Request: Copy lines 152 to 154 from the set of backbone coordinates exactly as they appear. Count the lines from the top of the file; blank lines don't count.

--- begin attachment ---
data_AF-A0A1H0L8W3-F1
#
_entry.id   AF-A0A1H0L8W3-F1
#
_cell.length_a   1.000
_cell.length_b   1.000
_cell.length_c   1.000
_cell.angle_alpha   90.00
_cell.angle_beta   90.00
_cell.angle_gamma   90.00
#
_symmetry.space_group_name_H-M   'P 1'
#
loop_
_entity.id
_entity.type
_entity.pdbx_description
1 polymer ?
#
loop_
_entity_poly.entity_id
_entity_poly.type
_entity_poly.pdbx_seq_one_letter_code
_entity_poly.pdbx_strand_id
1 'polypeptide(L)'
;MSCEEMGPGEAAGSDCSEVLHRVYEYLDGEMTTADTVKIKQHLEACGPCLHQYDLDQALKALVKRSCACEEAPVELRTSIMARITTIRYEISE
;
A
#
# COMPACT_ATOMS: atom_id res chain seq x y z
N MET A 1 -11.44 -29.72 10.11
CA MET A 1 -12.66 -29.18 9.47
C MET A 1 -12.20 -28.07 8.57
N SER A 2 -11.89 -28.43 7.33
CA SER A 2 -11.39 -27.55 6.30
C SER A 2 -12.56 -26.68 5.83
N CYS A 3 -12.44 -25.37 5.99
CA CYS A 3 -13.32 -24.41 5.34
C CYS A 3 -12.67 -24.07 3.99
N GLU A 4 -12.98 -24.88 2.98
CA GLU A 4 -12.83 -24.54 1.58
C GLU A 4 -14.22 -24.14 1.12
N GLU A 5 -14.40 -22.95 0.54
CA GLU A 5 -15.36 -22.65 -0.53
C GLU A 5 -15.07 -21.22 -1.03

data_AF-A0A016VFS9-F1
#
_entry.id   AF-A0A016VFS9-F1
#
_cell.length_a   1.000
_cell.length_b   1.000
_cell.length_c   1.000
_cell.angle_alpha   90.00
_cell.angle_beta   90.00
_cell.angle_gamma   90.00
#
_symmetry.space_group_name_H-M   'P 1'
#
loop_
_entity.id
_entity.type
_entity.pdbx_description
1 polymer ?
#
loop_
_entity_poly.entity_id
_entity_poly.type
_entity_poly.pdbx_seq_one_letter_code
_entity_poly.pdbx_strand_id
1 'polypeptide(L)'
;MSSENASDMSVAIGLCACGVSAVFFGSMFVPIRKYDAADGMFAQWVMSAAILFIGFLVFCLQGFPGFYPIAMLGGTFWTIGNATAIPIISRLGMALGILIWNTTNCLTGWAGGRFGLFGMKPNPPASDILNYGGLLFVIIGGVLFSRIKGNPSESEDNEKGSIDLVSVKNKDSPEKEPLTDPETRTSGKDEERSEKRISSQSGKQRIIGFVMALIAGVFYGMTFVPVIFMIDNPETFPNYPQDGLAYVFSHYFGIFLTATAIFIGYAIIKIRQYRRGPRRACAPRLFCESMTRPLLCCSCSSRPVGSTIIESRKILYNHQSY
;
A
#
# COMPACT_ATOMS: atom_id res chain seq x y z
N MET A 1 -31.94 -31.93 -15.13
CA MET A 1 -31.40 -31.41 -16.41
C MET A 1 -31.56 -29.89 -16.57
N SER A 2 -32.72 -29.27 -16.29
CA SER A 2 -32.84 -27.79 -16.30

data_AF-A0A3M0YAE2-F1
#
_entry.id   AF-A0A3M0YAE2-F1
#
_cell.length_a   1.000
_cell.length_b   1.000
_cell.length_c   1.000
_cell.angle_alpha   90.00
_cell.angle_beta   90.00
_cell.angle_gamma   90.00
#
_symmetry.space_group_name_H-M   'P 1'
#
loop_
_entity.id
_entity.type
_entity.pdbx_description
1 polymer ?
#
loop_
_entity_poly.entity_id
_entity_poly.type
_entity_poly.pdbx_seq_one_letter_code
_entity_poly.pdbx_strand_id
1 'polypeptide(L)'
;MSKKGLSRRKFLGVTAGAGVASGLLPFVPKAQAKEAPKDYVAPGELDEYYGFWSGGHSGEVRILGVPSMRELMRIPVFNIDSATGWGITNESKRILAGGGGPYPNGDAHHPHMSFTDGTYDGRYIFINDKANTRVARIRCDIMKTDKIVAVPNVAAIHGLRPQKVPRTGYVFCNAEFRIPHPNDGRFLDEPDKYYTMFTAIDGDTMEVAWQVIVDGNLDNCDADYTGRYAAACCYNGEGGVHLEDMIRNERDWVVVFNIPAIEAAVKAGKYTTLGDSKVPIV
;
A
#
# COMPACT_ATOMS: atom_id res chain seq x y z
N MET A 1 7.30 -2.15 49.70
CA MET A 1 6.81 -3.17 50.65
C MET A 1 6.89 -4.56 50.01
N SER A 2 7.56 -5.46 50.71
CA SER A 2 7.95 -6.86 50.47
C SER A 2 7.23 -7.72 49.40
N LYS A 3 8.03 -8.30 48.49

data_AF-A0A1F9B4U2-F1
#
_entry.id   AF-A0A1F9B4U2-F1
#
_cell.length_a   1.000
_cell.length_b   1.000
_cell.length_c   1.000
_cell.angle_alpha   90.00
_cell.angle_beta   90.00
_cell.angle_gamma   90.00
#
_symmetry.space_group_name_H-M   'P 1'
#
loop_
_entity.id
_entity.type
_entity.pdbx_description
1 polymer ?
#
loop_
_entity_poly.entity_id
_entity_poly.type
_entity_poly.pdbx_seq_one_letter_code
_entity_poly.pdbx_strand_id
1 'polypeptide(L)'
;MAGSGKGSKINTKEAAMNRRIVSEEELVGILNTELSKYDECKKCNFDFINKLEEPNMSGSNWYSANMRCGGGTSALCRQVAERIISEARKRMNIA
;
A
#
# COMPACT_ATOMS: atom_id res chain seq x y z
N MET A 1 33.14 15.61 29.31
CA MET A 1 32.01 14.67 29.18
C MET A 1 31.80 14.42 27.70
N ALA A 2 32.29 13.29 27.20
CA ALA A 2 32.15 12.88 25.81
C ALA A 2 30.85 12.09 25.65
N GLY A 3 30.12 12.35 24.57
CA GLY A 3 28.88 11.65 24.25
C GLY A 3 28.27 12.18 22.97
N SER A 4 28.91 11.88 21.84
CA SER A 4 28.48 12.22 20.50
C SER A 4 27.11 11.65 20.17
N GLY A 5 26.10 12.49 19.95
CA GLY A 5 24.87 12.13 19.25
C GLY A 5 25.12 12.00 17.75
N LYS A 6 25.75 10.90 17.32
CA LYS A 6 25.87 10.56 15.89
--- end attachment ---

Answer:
CA ALA A 2 32.15 12.88 25.81
C ALA A 2 30.85 12.09 25.65
N GLY A 3 30.12 12.35 24.57